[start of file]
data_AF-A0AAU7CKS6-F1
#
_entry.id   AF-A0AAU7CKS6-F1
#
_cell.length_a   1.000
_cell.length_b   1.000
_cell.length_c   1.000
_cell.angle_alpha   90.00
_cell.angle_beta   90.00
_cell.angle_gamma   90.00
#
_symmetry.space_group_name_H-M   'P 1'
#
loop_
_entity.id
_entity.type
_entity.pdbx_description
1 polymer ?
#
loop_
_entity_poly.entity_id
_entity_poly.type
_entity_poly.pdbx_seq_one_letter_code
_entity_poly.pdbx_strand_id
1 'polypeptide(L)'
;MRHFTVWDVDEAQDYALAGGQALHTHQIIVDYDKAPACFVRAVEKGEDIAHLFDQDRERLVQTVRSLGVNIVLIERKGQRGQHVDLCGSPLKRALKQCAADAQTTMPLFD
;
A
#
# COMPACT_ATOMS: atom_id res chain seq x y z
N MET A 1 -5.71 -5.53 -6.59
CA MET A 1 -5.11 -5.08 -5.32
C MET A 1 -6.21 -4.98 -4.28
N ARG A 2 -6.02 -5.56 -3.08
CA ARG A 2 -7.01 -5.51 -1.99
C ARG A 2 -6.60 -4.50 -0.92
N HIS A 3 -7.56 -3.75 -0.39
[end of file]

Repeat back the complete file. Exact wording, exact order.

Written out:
data_AF-A0AAU7CKS6-F1
#
_entry.id   AF-A0AAU7CKS6-F1
#
_cell.length_a   1.000
_cell.length_b   1.000
_cell.length_c   1.000
_cell.angle_alpha   90.00
_cell.angle_beta   90.00
_cell.angle_gamma   90.00
#
_symmetry.space_group_name_H-M   'P 1'
#
loop_
_entity.id
_entity.type
_entity.pdbx_description
1 polymer ?
#
loop_
_entity_poly.entity_id
_entity_poly.type
_entity_poly.pdbx_seq_one_letter_code
_entity_poly.pdbx_strand_id
1 'polypeptide(L)'
;MRHFTVWDVDEAQDYALAGGQALHTHQIIVDYDKAPACFVRAVEKGEDIAHLFDQDRERLVQTVRSLGVNIVLIERKGQRGQHVDLCGSPLKRALKQCAADAQTTMPLFD
;
A
#
# COMPACT_ATOMS: atom_id res chain seq x y z
N MET A 1 -5.71 -5.53 -6.59
CA MET A 1 -5.11 -5.08 -5.32
C MET A 1 -6.21 -4.98 -4.28
N ARG A 2 -6.02 -5.56 -3.08
CA ARG A 2 -7.01 -5.51 -1.99
C ARG A 2 -6.60 -4.50 -0.92
N HIS A 3 -7.56 -3.75 -0.39